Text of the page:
From early in the development of the project, the idea of placing recognition of the individual loss by means of a plaque on the house at which men killed or died were resident has been under consideration.
The work to contact property owners and residents of those houses still standing has been a complex process.
Now, as the centenary of the outbreak of the war approaches, the project is ready for the first of the ‘blue plaques’ it has had designed and manufactured to be installed on houses in North Shields in the early part of June.
Among the first streets to have plaques installed will be Newcastle Street, where five casualties of the war lived.
The plaque to be placed on No. 22 will recognise Colin Miller Jamieson, a second lieutenant in the 15th Battalion of the London Regiment – known as The Civil Service Rifles.
Working in London before the war, he had enlisted in another of the regiment’s units – the Artist’s Rifles.
Both battalions were a part of the territorial regiment of London into which men of ability were recruited and who were recognised as potential officers for the future.
He was educated at Western Board School, Queen Victoria State Secondary School in Coach Lane and latterly at Tynemouth High School – the town’s newly built grammar school (opened in 1904) providing the opportunity for boys and girls of ability from all social classes to get an education that would qualify them to seek entry to university.
One of ten children, his parents would have struggled to provide for his need for uniforms and extra requirements of a grammar school education.
He went on to become a schoolteacher with South Shields education authority before moving to London.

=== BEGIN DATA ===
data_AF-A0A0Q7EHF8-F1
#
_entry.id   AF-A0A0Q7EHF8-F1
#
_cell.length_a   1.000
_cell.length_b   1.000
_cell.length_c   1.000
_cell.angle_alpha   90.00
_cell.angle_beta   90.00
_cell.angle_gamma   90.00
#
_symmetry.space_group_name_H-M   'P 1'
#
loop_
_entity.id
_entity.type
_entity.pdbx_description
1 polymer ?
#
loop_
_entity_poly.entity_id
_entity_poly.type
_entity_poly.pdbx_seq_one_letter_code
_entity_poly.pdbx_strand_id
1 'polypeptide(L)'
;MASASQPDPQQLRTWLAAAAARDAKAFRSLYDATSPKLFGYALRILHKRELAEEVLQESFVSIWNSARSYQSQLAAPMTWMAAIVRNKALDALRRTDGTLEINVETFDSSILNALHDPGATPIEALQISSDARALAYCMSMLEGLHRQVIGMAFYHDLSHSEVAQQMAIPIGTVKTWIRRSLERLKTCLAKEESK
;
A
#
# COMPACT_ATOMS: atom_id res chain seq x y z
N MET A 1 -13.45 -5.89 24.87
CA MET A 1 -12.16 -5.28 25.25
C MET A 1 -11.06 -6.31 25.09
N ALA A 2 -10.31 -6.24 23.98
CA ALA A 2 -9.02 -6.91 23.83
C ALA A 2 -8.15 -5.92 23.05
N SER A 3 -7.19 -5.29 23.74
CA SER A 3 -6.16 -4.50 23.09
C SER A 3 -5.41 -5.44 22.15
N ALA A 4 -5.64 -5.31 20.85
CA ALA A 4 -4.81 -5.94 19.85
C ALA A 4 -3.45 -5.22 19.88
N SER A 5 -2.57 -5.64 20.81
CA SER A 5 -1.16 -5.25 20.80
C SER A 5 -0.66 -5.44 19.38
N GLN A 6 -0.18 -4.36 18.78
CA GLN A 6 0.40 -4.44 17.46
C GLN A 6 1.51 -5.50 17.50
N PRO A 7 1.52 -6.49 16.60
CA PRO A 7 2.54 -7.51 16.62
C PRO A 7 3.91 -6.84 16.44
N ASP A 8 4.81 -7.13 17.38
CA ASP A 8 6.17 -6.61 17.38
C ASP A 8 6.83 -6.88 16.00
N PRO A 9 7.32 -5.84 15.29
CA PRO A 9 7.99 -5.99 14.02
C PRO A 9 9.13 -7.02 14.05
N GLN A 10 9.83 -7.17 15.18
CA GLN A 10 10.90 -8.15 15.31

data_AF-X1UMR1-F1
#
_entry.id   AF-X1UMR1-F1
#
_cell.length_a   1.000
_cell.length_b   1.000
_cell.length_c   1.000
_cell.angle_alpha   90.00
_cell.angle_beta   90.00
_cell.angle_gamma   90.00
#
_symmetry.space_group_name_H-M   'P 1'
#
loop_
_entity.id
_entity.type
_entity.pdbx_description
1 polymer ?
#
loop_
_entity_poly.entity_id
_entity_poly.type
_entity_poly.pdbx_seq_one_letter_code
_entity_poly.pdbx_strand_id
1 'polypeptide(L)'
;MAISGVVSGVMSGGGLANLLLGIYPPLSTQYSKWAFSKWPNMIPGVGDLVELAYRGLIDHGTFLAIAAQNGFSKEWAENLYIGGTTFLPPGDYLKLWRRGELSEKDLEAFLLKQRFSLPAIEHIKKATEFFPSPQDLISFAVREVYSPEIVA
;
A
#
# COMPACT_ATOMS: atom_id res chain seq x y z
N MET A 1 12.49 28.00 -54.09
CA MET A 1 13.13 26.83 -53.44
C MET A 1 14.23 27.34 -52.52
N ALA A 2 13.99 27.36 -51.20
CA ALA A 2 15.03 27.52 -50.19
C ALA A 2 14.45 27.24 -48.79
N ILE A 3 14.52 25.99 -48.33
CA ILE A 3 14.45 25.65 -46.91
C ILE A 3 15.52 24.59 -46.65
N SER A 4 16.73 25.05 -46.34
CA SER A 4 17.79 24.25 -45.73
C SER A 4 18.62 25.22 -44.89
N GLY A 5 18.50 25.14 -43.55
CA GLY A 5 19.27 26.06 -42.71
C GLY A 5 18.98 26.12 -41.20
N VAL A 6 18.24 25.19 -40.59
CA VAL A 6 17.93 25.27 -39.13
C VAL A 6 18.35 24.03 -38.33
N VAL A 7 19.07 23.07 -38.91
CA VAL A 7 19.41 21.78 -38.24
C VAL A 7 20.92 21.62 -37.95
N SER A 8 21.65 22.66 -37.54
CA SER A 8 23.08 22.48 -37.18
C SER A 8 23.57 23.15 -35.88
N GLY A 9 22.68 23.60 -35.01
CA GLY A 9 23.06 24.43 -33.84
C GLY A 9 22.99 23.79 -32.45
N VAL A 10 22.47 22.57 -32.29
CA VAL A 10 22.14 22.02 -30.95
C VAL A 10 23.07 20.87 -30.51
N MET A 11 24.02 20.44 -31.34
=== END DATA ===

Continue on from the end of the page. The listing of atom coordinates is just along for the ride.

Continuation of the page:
He had enlisted in the territorials in December 1913 and went to France in March 1915.
Twice wounded, he was reported as missing in action on May 21, 1917, and later presumed killed in action.
He is named on the Arras memorial, which carries the names of 77 local men killed in action in the battle area who have no known grave.
He is also remembered on the Tynemouth High School Roll of Honour boards, which are still in place today in what is now the Queen Alexandra Sixth Form campus of TyneMet College.
Tickets are still available for the next in the series of talks to be held at 730pm on Tuesday, May 27, in the Low Lights Tavern, Brewhouse Bank, Fish Quay, North Shields.
Ian McArdle MA, a regular contributor to these events, will recount the experiences of junior medical officer on the Western Front, Charles Wilson, later Lord Moran, who survived the war and went on to become Winston Churchill’s personal physician.
Tickets, which are free, must be obtained in advance from the Low Lights Tavern, Keel Row Bookshop or the project workroom at the Linskill Centre.
The project’s Information Centre in Front Street, Tynemouth, next door to the library, showing some of its mini-exhibitions, will be open during the holiday weekend and during the school half-term holiday from 11am to 4pm.
The major public commemorative event the project is organising in conjunction with North Tyneside Council to take place in Northumberland Square on August 3, from 10am to 4pm, with a formal service of remembrance at 2pm, will make special provision for relatives of the casualties on the Tynemouth Roll of Honour.
Any relative of a casualty who has not been in contact with the project over the past three years can contact the project office to register interest in reserved seating for the event, or e-mail to the contact address on ther website.
Anyone with information about anyone killed or died as a result of the war is asked to contact the project.
The project workroom at Room B9, Linskill Community Centre, Trevor Terrace, North Shields, is open from 10am to 4pm each weekday for visitors and for anyone interested to learn more about the project or how to get involved.
The address for correspondence is c/o Essell, 29 Howard Street, North Shields NE30 1AR.